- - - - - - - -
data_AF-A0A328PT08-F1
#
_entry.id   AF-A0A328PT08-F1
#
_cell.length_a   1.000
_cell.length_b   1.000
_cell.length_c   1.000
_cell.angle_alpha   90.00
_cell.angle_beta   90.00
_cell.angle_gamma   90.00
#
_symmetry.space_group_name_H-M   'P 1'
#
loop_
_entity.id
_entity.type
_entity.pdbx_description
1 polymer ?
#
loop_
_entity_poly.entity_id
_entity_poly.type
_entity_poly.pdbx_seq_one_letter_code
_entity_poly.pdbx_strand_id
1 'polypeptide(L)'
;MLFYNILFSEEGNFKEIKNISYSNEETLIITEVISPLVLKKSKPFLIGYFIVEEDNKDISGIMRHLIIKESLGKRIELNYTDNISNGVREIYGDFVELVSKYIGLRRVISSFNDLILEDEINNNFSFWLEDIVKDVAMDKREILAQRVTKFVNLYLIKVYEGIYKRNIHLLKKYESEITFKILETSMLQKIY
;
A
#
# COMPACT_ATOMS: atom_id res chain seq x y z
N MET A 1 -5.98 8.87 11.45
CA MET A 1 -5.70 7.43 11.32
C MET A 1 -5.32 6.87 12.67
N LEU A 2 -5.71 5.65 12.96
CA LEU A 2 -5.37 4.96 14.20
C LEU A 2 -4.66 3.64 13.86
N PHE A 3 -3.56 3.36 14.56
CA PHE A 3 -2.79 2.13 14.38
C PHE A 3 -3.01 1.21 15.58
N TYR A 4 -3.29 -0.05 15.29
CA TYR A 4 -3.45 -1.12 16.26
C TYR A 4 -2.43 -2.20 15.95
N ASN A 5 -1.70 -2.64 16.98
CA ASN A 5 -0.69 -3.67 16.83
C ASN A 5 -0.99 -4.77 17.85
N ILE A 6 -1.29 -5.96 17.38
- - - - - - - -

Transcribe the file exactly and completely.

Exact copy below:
data_AF-A0A328PT08-F1
#
_entry.id   AF-A0A328PT08-F1
#
_cell.length_a   1.000
_cell.length_b   1.000
_cell.length_c   1.000
_cell.angle_alpha   90.00
_cell.angle_beta   90.00
_cell.angle_gamma   90.00
#
_symmetry.space_group_name_H-M   'P 1'
#
loop_
_entity.id
_entity.type
_entity.pdbx_description
1 polymer ?
#
loop_
_entity_poly.entity_id
_entity_poly.type
_entity_poly.pdbx_seq_one_letter_code
_entity_poly.pdbx_strand_id
1 'polypeptide(L)'
;MLFYNILFSEEGNFKEIKNISYSNEETLIITEVISPLVLKKSKPFLIGYFIVEEDNKDISGIMRHLIIKESLGKRIELNYTDNISNGVREIYGDFVELVSKYIGLRRVISSFNDLILEDEINNNFSFWLEDIVKDVAMDKREILAQRVTKFVNLYLIKVYEGIYKRNIHLLKKYESEITFKILETSMLQKIY
;
A
#
# COMPACT_ATOMS: atom_id res chain seq x y z
N MET A 1 -5.98 8.87 11.45
CA MET A 1 -5.70 7.43 11.32
C MET A 1 -5.32 6.87 12.67
N LEU A 2 -5.71 5.65 12.96
CA LEU A 2 -5.37 4.96 14.20
C LEU A 2 -4.66 3.64 13.86
N PHE A 3 -3.56 3.36 14.56
CA PHE A 3 -2.79 2.13 14.38
C PHE A 3 -3.01 1.21 15.58
N TYR A 4 -3.29 -0.05 15.29
CA TYR A 4 -3.45 -1.12 16.26
C TYR A 4 -2.43 -2.20 15.95
N ASN A 5 -1.70 -2.64 16.98
CA ASN A 5 -0.69 -3.67 16.83
C ASN A 5 -0.99 -4.77 17.85
N ILE A 6 -1.29 -5.96 17.38